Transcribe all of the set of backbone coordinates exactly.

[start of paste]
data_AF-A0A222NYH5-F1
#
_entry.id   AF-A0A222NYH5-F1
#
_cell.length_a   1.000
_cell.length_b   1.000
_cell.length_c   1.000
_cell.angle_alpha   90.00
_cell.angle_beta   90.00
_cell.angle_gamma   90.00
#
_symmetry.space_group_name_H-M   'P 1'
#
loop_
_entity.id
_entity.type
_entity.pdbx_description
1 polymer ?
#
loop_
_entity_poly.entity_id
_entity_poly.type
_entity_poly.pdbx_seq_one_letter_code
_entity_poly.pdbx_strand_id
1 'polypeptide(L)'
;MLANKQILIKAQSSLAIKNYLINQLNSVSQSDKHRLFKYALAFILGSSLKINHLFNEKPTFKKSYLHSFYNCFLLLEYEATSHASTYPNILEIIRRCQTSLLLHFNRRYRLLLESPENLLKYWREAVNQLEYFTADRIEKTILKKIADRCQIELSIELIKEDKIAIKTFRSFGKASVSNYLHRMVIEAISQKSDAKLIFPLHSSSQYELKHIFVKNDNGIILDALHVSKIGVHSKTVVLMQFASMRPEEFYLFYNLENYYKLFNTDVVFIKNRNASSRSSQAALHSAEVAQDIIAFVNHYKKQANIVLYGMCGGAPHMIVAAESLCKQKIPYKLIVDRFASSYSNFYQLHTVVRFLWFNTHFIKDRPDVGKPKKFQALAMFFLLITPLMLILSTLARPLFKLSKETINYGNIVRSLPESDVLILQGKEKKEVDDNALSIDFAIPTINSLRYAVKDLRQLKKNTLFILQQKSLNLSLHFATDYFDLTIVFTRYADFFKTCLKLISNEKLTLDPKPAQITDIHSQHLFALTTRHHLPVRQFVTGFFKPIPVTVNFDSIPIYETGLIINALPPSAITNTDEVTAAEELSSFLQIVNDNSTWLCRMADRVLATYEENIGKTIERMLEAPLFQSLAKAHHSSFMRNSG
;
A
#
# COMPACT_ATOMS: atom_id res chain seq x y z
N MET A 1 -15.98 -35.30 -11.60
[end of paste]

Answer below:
data_AF-A0A222NYH5-F1
#
_entry.id   AF-A0A222NYH5-F1
#
_cell.length_a   1.000
_cell.length_b   1.000
_cell.length_c   1.000
_cell.angle_alpha   90.00
_cell.angle_beta   90.00
_cell.angle_gamma   90.00
#
_symmetry.space_group_name_H-M   'P 1'
#
loop_
_entity.id
_entity.type
_entity.pdbx_description
1 polymer ?
#
loop_
_entity_poly.entity_id
_entity_poly.type
_entity_poly.pdbx_seq_one_letter_code
_entity_poly.pdbx_strand_id
1 'polypeptide(L)'
;MLANKQILIKAQSSLAIKNYLINQLNSVSQSDKHRLFKYALAFILGSSLKINHLFNEKPTFKKSYLHSFYNCFLLLEYEATSHASTYPNILEIIRRCQTSLLLHFNRRYRLLLESPENLLKYWREAVNQLEYFTADRIEKTILKKIADRCQIELSIELIKEDKIAIKTFRSFGKASVSNYLHRMVIEAISQKSDAKLIFPLHSSSQYELKHIFVKNDNGIILDALHVSKIGVHSKTVVLMQFASMRPEEFYLFYNLENYYKLFNTDVVFIKNRNASSRSSQAALHSAEVAQDIIAFVNHYKKQANIVLYGMCGGAPHMIVAAESLCKQKIPYKLIVDRFASSYSNFYQLHTVVRFLWFNTHFIKDRPDVGKPKKFQALAMFFLLITPLMLILSTLARPLFKLSKETINYGNIVRSLPESDVLILQGKEKKEVDDNALSIDFAIPTINSLRYAVKDLRQLKKNTLFILQQKSLNLSLHFATDYFDLTIVFTRYADFFKTCLKLISNEKLTLDPKPAQITDIHSQHLFALTTRHHLPVRQFVTGFFKPIPVTVNFDSIPIYETGLIINALPPSAITNTDEVTAAEELSSFLQIVNDNSTWLCRMADRVLATYEENIGKTIERMLEAPLFQSLAKAHHSSFMRNSG
;
A
#
# COMPACT_ATOMS: atom_id res chain seq x y z
N MET A 1 -15.98 -35.30 -11.60